In giving guidance to the Probate Court, the Supreme Court in Miller followed the Restatement of Trust rules that there are three kinds of trusts: (1) a trust vesting an ascertainable portion of the trust in the beneficiary; (2) a trust providing that the trustee shall pay so much of the trust income and principal as is necessary for education or support of the beneficiary; and (3) a totally discretionary trust.
According to the Restatement of Trusts, if the terms of the trust provide that the trustee shall pay to or apply for a beneficiary only so much of the income and principal (or either) as the trustee in its uncontrolled discretion shall see fit to apply, a transferee or creditor of the beneficiary cannot compel the trustee to pay any part of the income or principal (Restatement of Trusts 2nd Edition, Section 155).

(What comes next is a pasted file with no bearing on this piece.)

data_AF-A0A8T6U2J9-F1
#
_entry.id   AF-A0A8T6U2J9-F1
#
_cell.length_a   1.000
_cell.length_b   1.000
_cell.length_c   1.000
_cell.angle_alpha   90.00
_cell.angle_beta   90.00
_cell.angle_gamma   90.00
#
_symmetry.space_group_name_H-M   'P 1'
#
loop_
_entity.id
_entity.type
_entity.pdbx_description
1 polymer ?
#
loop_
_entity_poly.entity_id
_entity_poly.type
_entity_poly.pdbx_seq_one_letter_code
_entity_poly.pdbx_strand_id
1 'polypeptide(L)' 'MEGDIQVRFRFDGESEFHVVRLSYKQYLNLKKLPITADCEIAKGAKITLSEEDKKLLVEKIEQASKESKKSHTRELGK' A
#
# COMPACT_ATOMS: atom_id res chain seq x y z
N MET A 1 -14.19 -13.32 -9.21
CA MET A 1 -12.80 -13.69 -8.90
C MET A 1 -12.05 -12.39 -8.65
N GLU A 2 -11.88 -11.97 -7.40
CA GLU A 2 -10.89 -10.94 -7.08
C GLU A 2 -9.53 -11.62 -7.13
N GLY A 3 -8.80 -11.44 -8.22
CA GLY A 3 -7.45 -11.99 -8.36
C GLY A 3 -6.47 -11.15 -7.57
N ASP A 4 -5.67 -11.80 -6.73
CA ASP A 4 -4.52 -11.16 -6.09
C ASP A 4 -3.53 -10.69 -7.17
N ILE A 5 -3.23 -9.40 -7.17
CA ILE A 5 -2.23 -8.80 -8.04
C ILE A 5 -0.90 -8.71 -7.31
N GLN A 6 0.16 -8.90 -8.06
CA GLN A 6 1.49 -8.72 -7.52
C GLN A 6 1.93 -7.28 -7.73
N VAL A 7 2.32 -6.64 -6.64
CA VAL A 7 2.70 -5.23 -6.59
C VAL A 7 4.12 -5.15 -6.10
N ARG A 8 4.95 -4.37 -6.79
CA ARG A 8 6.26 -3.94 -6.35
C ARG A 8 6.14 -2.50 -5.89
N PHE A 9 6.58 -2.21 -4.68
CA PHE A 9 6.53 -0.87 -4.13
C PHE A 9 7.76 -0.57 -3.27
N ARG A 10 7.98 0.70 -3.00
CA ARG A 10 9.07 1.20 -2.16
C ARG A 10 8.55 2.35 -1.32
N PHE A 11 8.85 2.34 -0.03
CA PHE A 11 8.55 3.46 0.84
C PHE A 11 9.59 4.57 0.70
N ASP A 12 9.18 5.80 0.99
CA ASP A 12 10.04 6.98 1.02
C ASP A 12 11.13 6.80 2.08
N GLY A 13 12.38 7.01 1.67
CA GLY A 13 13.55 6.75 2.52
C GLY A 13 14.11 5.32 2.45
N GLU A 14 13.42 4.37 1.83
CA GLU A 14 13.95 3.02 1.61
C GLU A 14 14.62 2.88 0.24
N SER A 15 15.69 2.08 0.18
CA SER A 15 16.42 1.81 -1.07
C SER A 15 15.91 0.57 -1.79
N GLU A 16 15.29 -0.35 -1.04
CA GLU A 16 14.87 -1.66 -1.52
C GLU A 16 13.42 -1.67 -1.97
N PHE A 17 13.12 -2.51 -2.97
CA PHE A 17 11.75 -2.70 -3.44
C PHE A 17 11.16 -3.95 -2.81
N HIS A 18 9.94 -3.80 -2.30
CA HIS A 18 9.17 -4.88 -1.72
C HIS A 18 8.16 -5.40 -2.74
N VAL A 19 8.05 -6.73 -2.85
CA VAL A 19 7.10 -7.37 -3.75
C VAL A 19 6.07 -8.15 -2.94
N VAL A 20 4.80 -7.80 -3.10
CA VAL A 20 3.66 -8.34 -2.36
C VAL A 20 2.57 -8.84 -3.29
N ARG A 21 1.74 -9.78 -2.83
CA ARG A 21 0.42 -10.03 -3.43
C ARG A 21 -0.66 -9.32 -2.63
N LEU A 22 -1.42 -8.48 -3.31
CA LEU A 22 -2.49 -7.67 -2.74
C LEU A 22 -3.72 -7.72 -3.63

The Restatement of Trusts at §157 further provides that if the trust is an ascertainable portion trust or a support trust, then even if there is a spendthrift provision, the interest of the beneficiary can be reached to satisfy enforceable claims against the beneficiary:
(a) by the wife or child of the beneficiary for support, or by the wife for alimony;
(b) for necessary services rendered to the beneficiary or necessary supplies furnished to him:
(c) for services rendered and materials furnished which preserve or benefit the interest of the beneficiary;
(d) by the United States or a State to satisfy a claim against the beneficiary.
Commenting upon (a) above, the Reporter for the Restatement notes, "the result is much the same as though the trust were created not solely for the benefit of the beneficiary, but for the benefit of himself and his dependents." (p. 329). Commenting upon (b), the Reporter notes that "if such a claim were not enforced, it would tend to prevent the beneficiary from obtaining necessary assistance." (p.329)